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Newbie Install Quote - Am I getting screwed? Any ideas?

Post in 'The Pellet Mill - Pellet and Multifuel Stoves' started by stevenlmas, Jun 22, 2008.

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  1. stevenlmas

    stevenlmas New Member

    Joined:
    Jun 22, 2008
    Messages:
    20
    Loc:
    Medway, MA
    I'm looking at an Avalon Arbor pellet stove and had a visit with my local Avalon dealer. They quoted me $2600 for the stove and another $1400 for the parts and install. $500 for the installation seems relatively reasonable for Eastern, MA, but $900 for the four inch pipe/elbows fittings seems a little steep.

    Here's what I need to do:

    From the Tee at the back of the stove, run 8' vertically through a ceiling so that should be a tee, 5' and a 3' pipe (or 2x 4' or however we make it up) and a ceiling plate.
    Once through the ceiling turn 90 degrees horizontally and run about 5' of pipe out the exterior wall, so I need a 90 elbow, a 5' pipe an exterior wall plate, and a horizontal cap.

    Tallying all of this up using DuraVent at hartshearth.com puts me at $590 for:

    60" Black Pipe
    36" Black Pipe
    Black Tee
    Black Ceiling support

    60" Stainless Pipe
    2 45 degree elbows (in case I need some wiggle room btwn joists)
    Wall Thimble
    House Shield
    Horizontal Rain Cap

    I realize my local dealer needs to make a profit and I'm happy to give him one, but if I can get the supplies retail for $590 I assume he can get them for less-- let's be nice and say $500--is it reasonable to expect to pay almost a 50% markup? If not, what is a reasonable profit margin? Is he giving me the "15% off sale price" of the stove and marking up the install supplies to make up the loss on the stove? Any insights into what a fair price would be is much appreciated. Is DuraVent crap and that's why it's so much cheaper? Should I bag the local dealer, get one in NH, save on the sales tax and do it myself?

    Thank you for your help!
    Steve

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  2. slls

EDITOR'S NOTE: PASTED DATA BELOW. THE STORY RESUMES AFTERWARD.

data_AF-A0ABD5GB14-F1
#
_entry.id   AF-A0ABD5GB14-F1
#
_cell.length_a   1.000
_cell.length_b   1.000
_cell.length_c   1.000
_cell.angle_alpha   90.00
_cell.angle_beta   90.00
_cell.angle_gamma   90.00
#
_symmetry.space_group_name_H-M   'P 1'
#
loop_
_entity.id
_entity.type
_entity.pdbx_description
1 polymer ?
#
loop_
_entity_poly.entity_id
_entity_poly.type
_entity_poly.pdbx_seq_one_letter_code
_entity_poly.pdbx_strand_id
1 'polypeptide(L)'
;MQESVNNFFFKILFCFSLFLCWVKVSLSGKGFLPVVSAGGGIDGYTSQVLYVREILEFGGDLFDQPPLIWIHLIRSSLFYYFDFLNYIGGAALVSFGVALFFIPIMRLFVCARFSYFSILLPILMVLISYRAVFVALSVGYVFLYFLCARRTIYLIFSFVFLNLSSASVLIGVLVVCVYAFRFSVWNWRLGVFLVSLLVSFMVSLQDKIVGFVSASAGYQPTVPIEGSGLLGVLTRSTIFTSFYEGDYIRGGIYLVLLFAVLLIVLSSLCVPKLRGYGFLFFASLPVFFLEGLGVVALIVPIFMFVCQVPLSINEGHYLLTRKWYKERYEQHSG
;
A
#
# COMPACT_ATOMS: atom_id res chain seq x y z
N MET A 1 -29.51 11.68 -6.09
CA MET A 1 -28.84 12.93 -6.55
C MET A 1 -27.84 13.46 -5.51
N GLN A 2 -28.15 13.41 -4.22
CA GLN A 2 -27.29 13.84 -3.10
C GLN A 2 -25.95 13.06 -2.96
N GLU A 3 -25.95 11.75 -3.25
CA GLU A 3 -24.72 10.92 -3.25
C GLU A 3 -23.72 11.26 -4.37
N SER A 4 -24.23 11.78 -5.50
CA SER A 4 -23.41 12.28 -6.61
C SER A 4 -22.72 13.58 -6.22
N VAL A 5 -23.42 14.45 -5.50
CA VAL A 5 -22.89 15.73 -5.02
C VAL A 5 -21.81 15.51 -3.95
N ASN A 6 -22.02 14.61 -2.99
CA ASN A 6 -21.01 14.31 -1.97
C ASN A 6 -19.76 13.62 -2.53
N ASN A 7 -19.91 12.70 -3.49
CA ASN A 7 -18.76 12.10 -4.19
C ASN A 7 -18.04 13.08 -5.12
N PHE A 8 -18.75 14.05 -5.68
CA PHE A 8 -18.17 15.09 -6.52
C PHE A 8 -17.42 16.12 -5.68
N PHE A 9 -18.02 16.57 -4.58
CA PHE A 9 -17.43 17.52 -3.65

slls Minister of Fire

    Joined:
    Jun 9, 2008
    Messages:
    1,457
    Loc:
    central maine Lat 45
    "Should I bag the local dealer, get one in NH, save on the sales tax and do it myself?"

    I like that idea, go for it. I am doing my own install if my stove ever comes. $130 for direct vent. Yes, a installer on another site said DuralVent is crap, need to seal all seams or they will leak, he states. He said Metalbestos is not much better, not much to choose from, DuralVent claim they vent 3 out 4 stoves.
  3. Xena

    Xena Minister of Fire

    Joined:
    Nov 30, 2005
    Messages:
    2,491
    Loc:
    South Shore MA
    I'm a big diy fan. If you can do it yourself and also maintain/repair later
    then I say go for it and save yourself some moola.


    I have to ask though, what is the 90 degree turn and out the wall all about?
    Seems odd to me..... Friend of mine did a through the ceiling install and he
    went straight up, through ceiling and attic, and out the roof. Nice clean install.
  4. stevenlmas

    stevenlmas New Member

    Joined:
    Jun 22, 2008
    Messages:
    20
    Loc:
    Medway, MA
    We're installing on the first floor, and removing an old wood stove that illegaly went up the interior chimney (shared with the Furnace) about 6 feet from the exterior wall. If I go thru the 1st floor ceiling I end up in a closet. The side of the closet is an exterioir wall. Hence the 90 degree turn I need. My house is 200 years old, so, getting all the way through 2 floors could be a real nightmare...

    Thanks, Steve
  5. begreen

    begreen Mooderator Staff Member

    Joined:
    Nov 18, 2005
    Messages:
    49,107
    Loc:
    South Puget Sound, WA
    Horizontal terminations can soot up the area underneath them. If it is your only option, then be sure to extend the pipe on the exterior out for another 12" and terminate with a 45 deg elbow pointing downward. That will help stop the wall from getting sooted up. You can add a wind cap or at least pop rivet some stainless hardware cloth at the end of the elbow as a bird block.

    But before proceeding, look for other locations in the house or consider continuing straight up through the closet and up through the roof. A straight up installation is going to be so much easier to clean.

    Another option is to put the stove in a corner or on an exterior wall, go out the back of the stove to outdoors and then up at least 5 feet. The same caveat for avoiding sooting of the wall applies, but many installations are done this way and it will cost a lot less. Here's an interactive guide for the short and easy install. http://www.duravent.com/?page=2a1.php . Hover your mouse over the red dots to see the component detail.

    For pricing comparison here is a resource:
    http://www.ventingpipe.com/category.cfm?categoryID=730
  6. webbie

    webbie Seasoned Moderator Staff Member

    Joined:
    Nov 17, 2005
    Messages:
    12,381
    Loc:
    Western Mass.
    Obviously you should make certain that the installation fits within the range specified in the stove manual - as far as horizontal and vertical distances.

    As to the price of the piping, if the dealer is a straight up person, you might just ask for a list of parts used.

    BTW, remember that a online site like Harts is probably selling way below retail - they can afford to do so because they are providing no brick and mortar storefront, no installation, etc. and they can buy larger quantities. So your dealers should in now way be required to match a DIY online price!

    DIY is always a bunch cheaper - i.e., the studs at the lumber yard cost a lot less than the framing labor! But very few people are 100% capable of doing their whole installation.
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